The House by the Sea

dir. Robert Guédiguian 2017 France 107 min.
Three grown children gathered at the picturesque villa of their dying father reflect on where they are, who they have become, and what they have inherited.

Angèle, Joseph and Armand are reunited with Maurice, their elderly father who has become aphasic after a stroke. Angèle has not been back to her childhood home for 20 years, shattered by the accidental death of her daughter Blanche. Melancholy memories are exchanged about the once popular and communist cove, now given over to real estate speculation and which has lost its former social life. Angèle does not accept that her father, overcome with remorse for being responsible for Blanche's death, reserves a larger share of the inheritance for her than for her brothers in order to buy her pardon.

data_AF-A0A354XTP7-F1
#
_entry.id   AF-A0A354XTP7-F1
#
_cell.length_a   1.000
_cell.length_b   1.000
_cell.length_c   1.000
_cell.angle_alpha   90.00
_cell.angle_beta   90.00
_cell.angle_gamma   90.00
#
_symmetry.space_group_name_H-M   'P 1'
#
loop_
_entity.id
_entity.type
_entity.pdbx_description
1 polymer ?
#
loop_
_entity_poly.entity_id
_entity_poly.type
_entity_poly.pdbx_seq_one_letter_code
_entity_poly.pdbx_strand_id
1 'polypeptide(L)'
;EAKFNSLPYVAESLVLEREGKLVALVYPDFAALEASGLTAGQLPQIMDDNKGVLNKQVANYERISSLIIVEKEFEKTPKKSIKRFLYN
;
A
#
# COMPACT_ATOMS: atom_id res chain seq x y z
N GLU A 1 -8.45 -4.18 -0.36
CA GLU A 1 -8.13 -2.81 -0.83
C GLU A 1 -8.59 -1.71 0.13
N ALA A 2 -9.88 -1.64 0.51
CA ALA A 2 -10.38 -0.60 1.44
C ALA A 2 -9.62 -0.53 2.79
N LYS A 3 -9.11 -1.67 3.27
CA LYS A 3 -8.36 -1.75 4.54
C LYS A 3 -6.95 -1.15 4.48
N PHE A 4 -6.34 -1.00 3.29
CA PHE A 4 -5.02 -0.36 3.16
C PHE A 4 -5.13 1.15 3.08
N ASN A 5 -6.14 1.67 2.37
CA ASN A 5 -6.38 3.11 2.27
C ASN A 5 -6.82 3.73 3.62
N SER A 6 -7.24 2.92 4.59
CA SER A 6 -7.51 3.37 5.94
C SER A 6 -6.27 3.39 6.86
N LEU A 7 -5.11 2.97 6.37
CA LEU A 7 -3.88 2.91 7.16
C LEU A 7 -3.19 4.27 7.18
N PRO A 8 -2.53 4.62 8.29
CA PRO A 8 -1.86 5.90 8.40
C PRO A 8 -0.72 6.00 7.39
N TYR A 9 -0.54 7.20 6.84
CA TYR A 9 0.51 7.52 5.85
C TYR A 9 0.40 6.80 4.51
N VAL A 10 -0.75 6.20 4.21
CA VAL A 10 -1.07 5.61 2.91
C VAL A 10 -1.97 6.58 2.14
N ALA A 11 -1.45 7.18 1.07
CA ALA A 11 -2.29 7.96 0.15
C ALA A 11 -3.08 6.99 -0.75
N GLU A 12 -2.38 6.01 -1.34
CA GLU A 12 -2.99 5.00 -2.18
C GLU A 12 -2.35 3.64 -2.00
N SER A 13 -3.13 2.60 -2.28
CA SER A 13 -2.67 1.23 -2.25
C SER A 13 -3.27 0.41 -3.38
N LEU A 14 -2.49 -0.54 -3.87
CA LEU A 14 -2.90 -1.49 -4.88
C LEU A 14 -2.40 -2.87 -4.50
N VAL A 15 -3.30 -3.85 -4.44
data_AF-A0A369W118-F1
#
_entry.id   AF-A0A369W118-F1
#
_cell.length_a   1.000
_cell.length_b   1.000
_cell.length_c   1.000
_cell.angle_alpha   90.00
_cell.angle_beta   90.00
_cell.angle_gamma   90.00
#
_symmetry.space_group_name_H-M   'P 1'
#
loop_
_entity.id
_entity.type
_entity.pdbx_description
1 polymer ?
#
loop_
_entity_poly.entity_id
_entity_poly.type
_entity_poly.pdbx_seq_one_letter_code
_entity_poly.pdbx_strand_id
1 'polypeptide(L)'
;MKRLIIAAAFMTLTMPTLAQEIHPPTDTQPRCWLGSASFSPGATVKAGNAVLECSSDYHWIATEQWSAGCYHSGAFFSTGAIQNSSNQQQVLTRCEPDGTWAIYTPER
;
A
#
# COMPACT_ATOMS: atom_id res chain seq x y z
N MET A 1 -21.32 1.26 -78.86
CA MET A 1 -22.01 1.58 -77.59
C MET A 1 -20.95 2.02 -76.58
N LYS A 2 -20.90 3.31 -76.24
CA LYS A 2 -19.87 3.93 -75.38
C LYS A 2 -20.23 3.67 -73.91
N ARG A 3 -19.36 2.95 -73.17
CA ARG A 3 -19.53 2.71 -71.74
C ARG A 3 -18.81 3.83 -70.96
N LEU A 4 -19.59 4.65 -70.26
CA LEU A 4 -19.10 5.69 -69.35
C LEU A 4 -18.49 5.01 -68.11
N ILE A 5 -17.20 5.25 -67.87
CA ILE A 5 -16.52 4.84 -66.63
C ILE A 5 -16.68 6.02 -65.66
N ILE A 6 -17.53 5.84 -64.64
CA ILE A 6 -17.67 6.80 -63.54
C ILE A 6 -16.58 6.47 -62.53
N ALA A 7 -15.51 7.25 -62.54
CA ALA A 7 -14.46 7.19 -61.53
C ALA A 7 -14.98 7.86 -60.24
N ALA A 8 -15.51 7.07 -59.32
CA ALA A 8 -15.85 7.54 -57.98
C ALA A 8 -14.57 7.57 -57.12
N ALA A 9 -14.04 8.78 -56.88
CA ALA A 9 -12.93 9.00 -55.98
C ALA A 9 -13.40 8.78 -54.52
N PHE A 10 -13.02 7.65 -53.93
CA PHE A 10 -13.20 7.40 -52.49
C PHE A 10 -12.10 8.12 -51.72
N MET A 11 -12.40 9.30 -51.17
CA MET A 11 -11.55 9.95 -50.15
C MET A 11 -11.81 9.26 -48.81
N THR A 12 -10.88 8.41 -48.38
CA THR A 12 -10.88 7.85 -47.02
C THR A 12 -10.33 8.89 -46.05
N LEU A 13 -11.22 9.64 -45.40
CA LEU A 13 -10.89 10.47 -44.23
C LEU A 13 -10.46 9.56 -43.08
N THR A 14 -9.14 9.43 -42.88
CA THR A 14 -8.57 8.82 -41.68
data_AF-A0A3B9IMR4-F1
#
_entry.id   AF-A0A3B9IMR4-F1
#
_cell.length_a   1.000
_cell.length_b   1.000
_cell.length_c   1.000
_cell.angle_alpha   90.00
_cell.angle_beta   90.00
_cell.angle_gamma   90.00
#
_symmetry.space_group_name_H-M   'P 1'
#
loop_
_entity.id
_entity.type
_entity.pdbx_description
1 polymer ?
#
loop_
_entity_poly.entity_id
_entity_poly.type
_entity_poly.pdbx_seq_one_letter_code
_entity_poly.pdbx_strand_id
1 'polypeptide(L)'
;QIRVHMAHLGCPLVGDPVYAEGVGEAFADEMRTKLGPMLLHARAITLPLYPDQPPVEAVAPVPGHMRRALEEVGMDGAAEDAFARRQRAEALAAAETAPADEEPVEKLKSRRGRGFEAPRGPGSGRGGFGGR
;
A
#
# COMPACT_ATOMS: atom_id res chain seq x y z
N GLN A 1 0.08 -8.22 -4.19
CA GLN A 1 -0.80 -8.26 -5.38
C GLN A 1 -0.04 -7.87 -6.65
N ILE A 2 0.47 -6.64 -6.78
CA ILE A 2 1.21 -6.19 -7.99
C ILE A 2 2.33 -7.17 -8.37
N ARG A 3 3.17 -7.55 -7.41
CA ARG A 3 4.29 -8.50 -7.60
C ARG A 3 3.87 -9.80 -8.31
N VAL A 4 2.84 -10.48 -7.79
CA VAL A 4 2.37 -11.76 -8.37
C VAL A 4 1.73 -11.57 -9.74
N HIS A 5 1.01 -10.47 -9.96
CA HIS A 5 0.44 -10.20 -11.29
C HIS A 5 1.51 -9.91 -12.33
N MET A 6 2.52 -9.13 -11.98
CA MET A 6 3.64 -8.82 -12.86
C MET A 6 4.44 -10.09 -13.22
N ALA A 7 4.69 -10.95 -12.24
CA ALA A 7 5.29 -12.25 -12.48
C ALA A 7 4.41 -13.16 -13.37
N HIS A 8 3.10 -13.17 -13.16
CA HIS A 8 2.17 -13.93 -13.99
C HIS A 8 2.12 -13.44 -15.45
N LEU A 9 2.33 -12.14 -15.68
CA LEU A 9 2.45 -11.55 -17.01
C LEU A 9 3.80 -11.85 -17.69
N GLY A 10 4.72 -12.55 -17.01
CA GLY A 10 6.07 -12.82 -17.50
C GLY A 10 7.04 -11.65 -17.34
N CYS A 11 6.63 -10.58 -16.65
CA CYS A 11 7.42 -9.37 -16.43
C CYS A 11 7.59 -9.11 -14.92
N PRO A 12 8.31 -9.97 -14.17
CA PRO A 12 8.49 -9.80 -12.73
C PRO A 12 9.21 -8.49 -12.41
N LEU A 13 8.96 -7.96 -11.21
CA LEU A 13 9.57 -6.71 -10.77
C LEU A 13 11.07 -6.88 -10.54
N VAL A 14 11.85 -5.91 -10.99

Benjamin, a fisherman in his thirties, is delighted to find Angèle, the actress he had admired so much at the theater in Marseille, who had given him a taste for the stage, and with whom he is secretly in love.

In the meantime, armed soldiers regularly watch the coast where migrants from Africa are stranded, in order to arrest them and send them back to their country. One day, the two brothers find three children without parents on the cliff, sweating and starving. They hide them at home, which brings them back to a reality much more dramatic than the ambient melancholy of aging memories.

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